Transitioning from the CDM to a clean development fund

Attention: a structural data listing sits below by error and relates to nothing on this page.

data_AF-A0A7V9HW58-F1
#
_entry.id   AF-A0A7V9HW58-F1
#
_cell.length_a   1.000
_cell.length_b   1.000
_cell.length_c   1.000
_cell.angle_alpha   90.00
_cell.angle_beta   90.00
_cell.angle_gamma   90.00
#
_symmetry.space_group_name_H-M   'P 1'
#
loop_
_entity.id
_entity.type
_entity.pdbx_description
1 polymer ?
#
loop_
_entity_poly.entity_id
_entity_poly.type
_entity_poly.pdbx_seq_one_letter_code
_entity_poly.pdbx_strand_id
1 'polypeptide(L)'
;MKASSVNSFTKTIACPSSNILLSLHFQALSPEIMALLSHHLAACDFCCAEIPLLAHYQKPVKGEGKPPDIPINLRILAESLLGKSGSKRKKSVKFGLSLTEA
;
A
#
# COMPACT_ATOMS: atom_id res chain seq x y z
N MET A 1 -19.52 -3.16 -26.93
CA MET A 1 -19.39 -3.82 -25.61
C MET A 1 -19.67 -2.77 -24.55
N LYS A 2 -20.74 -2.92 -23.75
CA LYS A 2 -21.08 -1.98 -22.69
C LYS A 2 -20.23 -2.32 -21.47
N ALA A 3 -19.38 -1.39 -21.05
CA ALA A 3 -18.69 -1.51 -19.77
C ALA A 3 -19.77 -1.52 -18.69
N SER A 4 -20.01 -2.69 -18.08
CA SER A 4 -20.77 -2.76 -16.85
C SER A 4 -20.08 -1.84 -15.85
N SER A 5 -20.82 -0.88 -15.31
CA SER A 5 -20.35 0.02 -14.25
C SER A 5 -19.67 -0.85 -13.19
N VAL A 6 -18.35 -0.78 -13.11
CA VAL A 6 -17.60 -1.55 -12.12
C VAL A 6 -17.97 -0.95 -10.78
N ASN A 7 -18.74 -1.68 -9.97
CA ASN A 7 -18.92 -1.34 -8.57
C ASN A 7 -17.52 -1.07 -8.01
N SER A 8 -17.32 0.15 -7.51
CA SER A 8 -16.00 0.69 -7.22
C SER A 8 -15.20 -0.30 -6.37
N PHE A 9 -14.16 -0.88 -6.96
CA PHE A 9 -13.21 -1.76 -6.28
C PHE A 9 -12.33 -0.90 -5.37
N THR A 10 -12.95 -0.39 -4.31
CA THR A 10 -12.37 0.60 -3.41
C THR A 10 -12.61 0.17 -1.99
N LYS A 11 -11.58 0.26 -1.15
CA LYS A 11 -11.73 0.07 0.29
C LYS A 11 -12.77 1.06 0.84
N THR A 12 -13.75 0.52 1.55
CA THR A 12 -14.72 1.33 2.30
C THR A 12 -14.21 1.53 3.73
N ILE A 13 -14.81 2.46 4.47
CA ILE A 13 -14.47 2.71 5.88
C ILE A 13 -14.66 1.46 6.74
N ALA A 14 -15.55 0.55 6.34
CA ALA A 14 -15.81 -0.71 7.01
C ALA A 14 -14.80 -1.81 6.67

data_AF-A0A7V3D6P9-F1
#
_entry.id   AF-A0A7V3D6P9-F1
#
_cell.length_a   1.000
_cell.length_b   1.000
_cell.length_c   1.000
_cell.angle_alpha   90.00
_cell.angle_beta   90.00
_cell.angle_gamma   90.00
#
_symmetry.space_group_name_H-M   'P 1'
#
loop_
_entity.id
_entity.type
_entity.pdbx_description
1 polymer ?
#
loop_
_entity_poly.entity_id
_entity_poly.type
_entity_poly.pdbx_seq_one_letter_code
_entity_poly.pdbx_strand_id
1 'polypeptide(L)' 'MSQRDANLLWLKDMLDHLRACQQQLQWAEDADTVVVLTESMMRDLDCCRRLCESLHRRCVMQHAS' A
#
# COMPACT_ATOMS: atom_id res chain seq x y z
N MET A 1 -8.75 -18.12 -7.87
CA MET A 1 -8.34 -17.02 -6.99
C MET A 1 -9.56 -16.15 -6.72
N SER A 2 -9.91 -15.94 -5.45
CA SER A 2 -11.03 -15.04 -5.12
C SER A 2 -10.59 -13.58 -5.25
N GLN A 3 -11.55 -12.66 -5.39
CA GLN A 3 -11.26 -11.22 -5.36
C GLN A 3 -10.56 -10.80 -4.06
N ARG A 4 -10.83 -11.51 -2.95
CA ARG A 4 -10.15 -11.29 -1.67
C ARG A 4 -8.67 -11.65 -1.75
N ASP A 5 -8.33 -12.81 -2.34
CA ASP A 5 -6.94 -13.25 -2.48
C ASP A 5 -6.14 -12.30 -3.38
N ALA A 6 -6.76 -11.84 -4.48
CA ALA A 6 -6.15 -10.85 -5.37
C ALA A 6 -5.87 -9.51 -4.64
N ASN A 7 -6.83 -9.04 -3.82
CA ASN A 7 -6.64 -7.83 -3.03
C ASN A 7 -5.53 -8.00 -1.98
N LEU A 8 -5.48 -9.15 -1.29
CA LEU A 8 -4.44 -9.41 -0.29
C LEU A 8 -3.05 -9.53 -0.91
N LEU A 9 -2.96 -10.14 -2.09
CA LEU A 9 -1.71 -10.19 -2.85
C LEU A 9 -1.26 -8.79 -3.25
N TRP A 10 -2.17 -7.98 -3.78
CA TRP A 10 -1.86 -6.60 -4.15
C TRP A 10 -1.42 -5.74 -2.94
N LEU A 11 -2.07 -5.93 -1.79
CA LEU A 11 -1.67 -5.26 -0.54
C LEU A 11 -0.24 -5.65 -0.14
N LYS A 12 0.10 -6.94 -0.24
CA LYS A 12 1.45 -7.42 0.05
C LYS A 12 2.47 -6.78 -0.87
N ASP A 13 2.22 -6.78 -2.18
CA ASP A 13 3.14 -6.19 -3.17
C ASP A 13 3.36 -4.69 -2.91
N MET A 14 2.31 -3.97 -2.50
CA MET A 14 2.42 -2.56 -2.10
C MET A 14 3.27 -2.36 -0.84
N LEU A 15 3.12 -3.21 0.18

This article highlights some of the significant challenges facing the CDM, including low environmental integrity, high transaction costs and the incompatibility of additionality requirements and sustainable energy promotion. The paper looks to wider global developments as its point of departure for considering solutions to these critical, technical challenges and suggests that there should be greater exploration of the merits of using Joint Implementation as the major project mechanism for the world’s largest emitters. Joint Implementation is the natural mechanism for project trading among countries with targets under Kyoto and fits a post–Kyoto vision that includes wider developing country participation in national targets. Moreover, Joint Implementation (particularly Track One Joint Implementation) offers solutions to some of the critical challenges facing the CDM, including its apparent lack of environmental integrity or additionality. The paper also suggests that a Clean Development Fund could be established to directly target sustainable development and poverty reduction in low-emitting, low-growth developing countries, rather than indirectly through the CDM.